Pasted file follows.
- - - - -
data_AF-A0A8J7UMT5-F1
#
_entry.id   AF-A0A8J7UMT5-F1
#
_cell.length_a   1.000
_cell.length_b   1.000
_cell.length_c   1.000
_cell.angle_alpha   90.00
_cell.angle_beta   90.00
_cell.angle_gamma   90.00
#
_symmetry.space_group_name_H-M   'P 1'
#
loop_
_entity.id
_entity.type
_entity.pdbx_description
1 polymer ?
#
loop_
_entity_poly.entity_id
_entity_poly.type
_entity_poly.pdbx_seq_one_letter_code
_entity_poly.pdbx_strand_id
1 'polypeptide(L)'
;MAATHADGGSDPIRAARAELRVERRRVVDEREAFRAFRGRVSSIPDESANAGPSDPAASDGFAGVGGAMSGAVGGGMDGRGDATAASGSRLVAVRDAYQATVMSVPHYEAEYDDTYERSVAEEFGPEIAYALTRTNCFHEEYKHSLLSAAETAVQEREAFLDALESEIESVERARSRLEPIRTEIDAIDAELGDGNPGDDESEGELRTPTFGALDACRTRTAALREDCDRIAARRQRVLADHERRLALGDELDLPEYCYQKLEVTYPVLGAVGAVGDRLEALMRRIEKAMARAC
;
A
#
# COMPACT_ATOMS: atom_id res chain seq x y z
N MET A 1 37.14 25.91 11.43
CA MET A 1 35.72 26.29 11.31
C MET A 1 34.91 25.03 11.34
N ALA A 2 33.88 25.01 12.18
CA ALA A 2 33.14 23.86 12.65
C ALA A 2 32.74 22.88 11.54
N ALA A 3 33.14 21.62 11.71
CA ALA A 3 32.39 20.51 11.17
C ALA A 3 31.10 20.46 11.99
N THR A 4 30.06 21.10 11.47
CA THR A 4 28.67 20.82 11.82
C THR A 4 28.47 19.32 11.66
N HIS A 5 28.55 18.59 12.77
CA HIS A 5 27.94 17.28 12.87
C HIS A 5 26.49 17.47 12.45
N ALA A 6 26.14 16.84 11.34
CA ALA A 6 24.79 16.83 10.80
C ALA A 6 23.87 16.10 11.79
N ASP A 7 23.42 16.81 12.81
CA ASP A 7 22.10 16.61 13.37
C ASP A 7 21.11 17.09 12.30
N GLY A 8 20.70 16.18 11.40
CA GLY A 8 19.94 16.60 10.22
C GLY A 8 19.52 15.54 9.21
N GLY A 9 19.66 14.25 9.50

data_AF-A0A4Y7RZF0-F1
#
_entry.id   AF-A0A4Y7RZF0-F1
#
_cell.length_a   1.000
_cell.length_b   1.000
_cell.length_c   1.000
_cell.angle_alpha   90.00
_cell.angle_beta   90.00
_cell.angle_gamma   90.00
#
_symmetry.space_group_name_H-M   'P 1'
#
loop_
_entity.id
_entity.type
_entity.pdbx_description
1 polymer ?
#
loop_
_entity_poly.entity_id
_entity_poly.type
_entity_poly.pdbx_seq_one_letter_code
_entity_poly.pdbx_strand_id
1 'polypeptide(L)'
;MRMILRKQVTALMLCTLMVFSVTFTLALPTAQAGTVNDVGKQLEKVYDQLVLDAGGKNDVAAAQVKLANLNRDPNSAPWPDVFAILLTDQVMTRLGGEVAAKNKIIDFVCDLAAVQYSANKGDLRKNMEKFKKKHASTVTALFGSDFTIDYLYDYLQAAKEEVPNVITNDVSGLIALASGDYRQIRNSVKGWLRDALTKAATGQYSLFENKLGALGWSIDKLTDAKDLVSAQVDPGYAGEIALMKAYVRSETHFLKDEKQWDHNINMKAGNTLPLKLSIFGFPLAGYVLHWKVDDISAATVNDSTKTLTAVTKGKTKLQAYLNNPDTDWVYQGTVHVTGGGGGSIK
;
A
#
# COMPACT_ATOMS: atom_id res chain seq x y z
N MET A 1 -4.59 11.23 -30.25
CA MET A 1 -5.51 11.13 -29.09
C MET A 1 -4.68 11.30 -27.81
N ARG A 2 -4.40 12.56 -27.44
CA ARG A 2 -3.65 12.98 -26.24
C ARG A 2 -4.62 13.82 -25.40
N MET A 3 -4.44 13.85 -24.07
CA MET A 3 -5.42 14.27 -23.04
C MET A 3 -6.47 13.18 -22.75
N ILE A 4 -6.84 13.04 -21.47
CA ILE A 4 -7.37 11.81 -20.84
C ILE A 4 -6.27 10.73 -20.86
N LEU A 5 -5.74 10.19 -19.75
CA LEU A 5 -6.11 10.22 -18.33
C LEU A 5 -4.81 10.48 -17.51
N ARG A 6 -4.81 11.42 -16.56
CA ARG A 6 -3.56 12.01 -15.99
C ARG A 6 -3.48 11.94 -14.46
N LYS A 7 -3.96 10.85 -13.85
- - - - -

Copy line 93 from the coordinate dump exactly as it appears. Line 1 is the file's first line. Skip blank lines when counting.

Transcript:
CA MET A 3 -5.42 14.27 -23.04